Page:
I just read an article on WIRED about neuromarketing applied to cinema. Here are some excerpts (the highlights are mine):
The filmmakers will be able to track precisely which sequences/scenes excite, emotionally engage or lose the viewer’s interest based on what regions of the brain are activated. From that info a director can edit, re-shoot an actor’s bad performance, adjust a score, pump up visual effects and apply any other changes to improve or replace the least compelling scenes.
(…) This technology doesn’t brainwash anyone. A moviegoer’s brain will reveal their personal preferences, while creators will be able pay attention to those important details to produce better films and know how to effectively market them.
I consider neuroscience to be one of the most interesting fields of our time, but the practice suggested by this article bothers me.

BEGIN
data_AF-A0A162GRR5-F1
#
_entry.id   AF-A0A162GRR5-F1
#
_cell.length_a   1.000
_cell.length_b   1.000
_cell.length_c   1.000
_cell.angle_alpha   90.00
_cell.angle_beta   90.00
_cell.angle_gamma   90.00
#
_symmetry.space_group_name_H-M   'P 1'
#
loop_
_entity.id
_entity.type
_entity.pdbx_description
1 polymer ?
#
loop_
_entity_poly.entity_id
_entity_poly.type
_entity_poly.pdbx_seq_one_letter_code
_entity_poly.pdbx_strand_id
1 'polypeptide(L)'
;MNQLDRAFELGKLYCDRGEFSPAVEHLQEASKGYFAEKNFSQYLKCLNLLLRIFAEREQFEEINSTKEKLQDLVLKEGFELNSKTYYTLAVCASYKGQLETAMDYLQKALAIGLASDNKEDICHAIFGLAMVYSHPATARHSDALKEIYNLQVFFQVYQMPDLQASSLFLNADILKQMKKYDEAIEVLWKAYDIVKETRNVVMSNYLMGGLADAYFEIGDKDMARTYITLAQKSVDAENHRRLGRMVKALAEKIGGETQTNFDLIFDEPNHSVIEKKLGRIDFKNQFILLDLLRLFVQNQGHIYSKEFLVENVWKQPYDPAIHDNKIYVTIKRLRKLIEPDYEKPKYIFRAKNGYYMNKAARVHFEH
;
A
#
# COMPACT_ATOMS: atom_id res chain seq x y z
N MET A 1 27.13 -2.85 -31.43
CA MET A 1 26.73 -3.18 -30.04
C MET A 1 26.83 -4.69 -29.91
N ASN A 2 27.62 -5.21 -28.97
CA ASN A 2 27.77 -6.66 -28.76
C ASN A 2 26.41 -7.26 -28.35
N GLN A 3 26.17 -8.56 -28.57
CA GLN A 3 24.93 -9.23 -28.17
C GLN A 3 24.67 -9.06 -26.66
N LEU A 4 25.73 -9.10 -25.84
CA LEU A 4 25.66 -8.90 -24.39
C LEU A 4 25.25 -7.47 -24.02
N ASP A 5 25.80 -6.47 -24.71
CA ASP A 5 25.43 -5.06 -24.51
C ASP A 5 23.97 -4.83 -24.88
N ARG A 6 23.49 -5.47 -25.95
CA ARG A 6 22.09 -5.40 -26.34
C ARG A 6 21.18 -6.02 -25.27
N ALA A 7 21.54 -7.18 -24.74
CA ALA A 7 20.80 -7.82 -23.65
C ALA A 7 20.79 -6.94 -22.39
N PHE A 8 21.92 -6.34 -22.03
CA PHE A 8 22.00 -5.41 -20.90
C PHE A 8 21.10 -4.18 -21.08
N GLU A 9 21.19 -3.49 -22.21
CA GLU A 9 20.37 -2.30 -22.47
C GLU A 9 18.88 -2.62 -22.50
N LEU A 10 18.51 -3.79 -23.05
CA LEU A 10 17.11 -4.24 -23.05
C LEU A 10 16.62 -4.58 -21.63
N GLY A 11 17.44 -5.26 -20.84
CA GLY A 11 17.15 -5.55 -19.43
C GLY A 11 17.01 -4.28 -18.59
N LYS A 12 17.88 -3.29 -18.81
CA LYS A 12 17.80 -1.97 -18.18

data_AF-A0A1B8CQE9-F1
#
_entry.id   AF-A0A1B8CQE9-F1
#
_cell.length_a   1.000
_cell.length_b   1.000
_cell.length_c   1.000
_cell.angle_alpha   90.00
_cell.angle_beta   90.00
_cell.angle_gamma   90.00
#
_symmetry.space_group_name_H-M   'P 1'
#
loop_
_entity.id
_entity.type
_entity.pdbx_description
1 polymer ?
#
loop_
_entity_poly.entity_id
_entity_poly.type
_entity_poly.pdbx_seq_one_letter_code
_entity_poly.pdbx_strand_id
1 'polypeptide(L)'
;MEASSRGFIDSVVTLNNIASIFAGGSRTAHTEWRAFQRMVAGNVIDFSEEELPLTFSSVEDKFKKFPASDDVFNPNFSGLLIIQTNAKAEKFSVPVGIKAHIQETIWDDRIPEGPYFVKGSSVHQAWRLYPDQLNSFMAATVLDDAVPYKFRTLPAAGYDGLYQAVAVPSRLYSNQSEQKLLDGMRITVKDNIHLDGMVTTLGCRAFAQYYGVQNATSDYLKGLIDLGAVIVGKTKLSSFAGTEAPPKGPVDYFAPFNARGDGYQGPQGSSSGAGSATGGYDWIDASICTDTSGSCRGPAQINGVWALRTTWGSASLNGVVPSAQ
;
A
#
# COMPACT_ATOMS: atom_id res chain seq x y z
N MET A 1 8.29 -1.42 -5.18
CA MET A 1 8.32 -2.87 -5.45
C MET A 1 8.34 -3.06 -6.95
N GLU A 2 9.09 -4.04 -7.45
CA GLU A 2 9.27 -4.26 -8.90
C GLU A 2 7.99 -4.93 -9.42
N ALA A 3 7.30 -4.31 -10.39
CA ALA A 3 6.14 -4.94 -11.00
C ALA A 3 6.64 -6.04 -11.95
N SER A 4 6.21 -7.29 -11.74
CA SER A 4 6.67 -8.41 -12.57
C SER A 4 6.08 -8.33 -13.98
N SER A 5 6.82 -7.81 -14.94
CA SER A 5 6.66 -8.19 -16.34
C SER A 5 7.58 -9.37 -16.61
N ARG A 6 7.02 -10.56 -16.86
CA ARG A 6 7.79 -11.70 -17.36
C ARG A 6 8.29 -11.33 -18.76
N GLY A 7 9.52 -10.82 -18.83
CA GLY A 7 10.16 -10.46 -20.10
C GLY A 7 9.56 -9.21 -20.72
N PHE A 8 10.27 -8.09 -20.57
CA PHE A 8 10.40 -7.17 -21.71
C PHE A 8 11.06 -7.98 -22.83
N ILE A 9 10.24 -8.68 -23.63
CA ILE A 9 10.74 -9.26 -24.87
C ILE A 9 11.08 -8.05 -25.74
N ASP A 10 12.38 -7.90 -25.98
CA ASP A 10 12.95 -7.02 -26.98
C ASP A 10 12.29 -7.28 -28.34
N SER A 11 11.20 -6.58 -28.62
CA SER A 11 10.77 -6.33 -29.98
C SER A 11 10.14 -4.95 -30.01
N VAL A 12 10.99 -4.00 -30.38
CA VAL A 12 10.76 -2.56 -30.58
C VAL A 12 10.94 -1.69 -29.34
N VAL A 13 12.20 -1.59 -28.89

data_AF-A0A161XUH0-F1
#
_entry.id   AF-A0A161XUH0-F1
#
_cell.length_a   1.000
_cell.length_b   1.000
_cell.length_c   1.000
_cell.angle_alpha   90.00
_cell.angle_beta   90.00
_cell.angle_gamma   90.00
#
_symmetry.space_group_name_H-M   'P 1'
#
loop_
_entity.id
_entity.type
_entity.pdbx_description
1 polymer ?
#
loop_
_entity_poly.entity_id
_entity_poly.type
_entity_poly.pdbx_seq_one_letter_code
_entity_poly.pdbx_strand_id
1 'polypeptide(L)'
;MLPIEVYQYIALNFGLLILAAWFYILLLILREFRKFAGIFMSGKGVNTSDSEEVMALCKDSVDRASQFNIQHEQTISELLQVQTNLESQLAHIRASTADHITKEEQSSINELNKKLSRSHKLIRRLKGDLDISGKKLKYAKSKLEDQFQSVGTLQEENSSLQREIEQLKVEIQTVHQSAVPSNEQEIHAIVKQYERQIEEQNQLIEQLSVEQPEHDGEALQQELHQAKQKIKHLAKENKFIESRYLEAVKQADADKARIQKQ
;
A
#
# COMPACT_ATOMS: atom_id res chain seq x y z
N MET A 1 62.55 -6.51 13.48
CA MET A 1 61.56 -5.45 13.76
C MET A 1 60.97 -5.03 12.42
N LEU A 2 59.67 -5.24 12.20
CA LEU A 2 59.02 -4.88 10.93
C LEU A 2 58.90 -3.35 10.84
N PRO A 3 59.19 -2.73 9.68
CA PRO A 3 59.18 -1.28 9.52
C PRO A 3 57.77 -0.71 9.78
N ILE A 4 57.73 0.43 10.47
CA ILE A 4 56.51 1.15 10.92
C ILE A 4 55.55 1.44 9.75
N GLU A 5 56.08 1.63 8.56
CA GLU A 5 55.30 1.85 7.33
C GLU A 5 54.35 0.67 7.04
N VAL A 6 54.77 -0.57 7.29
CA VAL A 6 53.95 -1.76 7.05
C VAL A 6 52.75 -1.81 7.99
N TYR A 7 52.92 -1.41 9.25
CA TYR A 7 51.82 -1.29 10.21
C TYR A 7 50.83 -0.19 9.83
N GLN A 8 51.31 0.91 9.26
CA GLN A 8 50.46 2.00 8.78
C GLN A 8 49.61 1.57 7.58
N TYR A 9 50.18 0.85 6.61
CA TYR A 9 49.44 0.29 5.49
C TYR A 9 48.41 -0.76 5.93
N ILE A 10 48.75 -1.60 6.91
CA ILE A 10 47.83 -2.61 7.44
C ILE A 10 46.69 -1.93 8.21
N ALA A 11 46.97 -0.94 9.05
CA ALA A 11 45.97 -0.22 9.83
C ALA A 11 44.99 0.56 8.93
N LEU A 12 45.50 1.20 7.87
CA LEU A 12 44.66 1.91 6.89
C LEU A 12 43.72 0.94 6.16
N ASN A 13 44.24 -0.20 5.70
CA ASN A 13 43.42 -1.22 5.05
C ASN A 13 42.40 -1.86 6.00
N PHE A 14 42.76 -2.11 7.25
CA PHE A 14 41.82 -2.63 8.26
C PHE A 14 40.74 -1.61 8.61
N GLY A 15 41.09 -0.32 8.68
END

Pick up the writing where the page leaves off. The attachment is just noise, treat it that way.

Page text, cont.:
If not “brainwashing” (although at a long term that is practically what it is), when the mind itself begins to determine the world around it the result seems to be some kind of mental short-circuit. It’s no surprise that this strategy would be adopted by the entertainment industry (whether we like it or not, neuromarketing exists for a while now, helping us identify our deepest needs).
I just hope that this kind of approach doesn’t turn out to be a common practice in art and culture. When I go to the movies the last thing I want to see is what I expect.See more all.